PyTorch View: Reshape A PyTorch Tensor

PyTorch View - how to use the PyTorch View (.view(...)) operation to reshape a PyTorch tensor

PyTorch View - how to use the PyTorch View (.view(...)) operation to reshape a PyTorch tensor

Video Transcript

First, we import PyTorch.

import torch

Then we print the PyTorch version we are using.


We are using PyTorch 0.3.1.post2.

Let’s now create a PyTorch tensor using torch.Tensor.

pt_initial_tensor_ex = torch.Tensor(
        [ 1,  2,  3,  4,  5,  6],
        [ 7,  8,  9, 10, 11, 12],
        [13, 14, 15, 16, 17, 18],
        [19, 20, 21, 22, 23, 24]
        [25, 26, 27, 28, 29, 30],
        [31, 32, 33, 34, 35, 36],
        [37, 38, 39, 40, 41, 42],
        [43, 44, 45, 46, 47, 48]

We pass in our data structure, so it’s going to be 2x4x6, and we assign that tensor to the Python variable pt_initial_tensor_ex.

Let’s print the pt_initial_tensor_ex Python variable to see what we have.


We see that it’s a torch.FloatTensor of size 2x4x6, and it has all the numbers we passed in.

So we can see that all the values go from starting at 1 all the way to the number 48.

So we have 48 elements.

For the first example, we’re going to reshape our PyTorch tensor, but we’re going to retain the same rank.

pt_reshaped_6_by_4_by_2_tensor_ex = pt_initial_tensor_ex.view(6, 4, 2)

So it will still be a rank 3, only this time it’s going to be a 6x4x2 tensor rather than a 2x4x6.

So we pass in our initial tensor, and then we say dot view, and we assign this result to the Python variable pt_reshaped_6_by_4_by_2_tensor_ex.

Now we print the pt_reshaped_6_by_4_by_2_tensor_ex Python variable to see what we have.


We see that it’s still a torch.FloatTensor.

We see that the size has now been changed to 6x4x2.

We see that the last number in the final matrix is 48, and we see the initial number is 1.

We see that we have one, two, three, four, five, six, so six.

Then we have one, two, three, four rows and two columns.

Just to double check, we print our original tensor to see that the view operation returns a new tensor and doesn’t do in-place reshaping of the original tensor.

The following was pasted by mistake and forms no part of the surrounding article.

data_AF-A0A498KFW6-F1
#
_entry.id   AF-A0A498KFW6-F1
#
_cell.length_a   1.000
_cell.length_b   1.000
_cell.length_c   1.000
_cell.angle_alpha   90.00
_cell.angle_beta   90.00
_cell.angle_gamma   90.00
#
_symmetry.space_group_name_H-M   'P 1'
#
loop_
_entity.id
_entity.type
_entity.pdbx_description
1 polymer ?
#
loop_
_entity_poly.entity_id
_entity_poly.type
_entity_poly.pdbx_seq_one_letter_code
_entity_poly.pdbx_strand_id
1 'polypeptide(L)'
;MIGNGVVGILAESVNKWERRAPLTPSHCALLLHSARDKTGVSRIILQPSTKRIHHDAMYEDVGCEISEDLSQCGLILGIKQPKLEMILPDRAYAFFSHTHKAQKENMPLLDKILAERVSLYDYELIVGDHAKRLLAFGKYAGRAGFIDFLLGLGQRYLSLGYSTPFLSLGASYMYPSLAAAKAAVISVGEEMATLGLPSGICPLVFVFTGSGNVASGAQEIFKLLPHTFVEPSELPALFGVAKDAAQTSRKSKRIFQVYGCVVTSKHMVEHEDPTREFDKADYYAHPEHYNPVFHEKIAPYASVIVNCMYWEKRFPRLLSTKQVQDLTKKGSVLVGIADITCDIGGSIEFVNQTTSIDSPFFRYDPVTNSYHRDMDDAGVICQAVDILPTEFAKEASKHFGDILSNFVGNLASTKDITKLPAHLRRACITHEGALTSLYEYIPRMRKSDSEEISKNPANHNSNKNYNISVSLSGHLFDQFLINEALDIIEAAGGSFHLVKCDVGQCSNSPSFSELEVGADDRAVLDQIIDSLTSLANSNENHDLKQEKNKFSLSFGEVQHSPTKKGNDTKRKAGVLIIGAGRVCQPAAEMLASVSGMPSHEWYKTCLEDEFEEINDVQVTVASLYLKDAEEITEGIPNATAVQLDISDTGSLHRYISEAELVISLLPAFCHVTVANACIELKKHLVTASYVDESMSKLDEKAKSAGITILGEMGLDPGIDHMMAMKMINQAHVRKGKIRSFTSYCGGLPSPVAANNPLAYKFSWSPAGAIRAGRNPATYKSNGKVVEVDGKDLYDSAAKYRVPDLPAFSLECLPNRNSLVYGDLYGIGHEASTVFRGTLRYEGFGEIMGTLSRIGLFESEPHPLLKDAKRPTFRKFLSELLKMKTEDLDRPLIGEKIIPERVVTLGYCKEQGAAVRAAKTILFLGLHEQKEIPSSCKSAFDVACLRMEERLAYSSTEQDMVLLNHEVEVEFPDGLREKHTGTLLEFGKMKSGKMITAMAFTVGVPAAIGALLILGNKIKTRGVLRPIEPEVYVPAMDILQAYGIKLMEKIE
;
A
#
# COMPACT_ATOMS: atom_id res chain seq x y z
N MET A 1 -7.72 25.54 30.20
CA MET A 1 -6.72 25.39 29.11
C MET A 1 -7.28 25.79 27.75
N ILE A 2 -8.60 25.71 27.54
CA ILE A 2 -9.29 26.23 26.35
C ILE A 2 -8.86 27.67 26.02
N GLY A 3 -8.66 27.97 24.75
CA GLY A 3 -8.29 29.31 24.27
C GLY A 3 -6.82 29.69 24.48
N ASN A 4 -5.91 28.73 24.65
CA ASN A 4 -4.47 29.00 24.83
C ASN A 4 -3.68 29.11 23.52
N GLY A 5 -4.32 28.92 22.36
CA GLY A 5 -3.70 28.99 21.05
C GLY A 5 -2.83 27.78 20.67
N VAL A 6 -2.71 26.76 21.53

So we still have our original tensor that is 2x4x6.

For the second reshaped tensor example, we’re going to decrease the tensor rank from one, two, three to one, two.

pt_reshaped_4_by_12_tensor_ex = pt_initial_tensor_ex.view(4, 12)

So we’re going to pass in our initial tensor, then we’re going to say dot view, and we want the reshape to be 4 by 12.

4 times 12 is 48, so 48.

So we’re not changing the number of elements.

We’re just shaping them differently.

So rather than being a 2x4x6 tensor, it’s going to be a 4x12 tensor.

The result of this operation is going to be assigned to the Python variable pt_reshaped_4_by_12_tensor_ex.

Let’s print this tensor and we see that it’s a torch.FloatTensor of size 4x12.


So the rank is 2 versus the rank before was 3.

We see that we have all our numbers from 1 to 48.

We have four rows and 12 columns.

For the third and last PyTorch reshape example, let’s increase the rank of the tensor so that we go from a 2x4x6 tensor to a 3x2x2x4 tensor.

pt_reshaped_3_by_2_by_2_by_4_tensor_ex = pt_initial_tensor_ex.view(3, 2, 2, 4)

So our rank will increase from 3 to 4.

We assign that result to pt_reshaped_3_by_2_by_2_by_4_tensor_ex.

So we can then print the pt_reshaped_3_by_2_by_2_by_4_tensor_ex to see what we get.


We see that we have 0, 0, 1, 1, 2, 2.

So that’s where our initial 3 is.

Inside of that, we have 0 and 1, 0 and 1, 0 and 1.

That’s where the second 2 is.

Then each internal matrix, we see that it has two rows and one, two, three, four columns.

So that’s where the 2 and the 4 goes.

So 3 times 2 is 6 times 2 is 12.

12 times 4 is 48.

So we have all our 48 numbers there.

Perfect! We were able to reshape a PyTorch tensor by using the PyTorch view operation.

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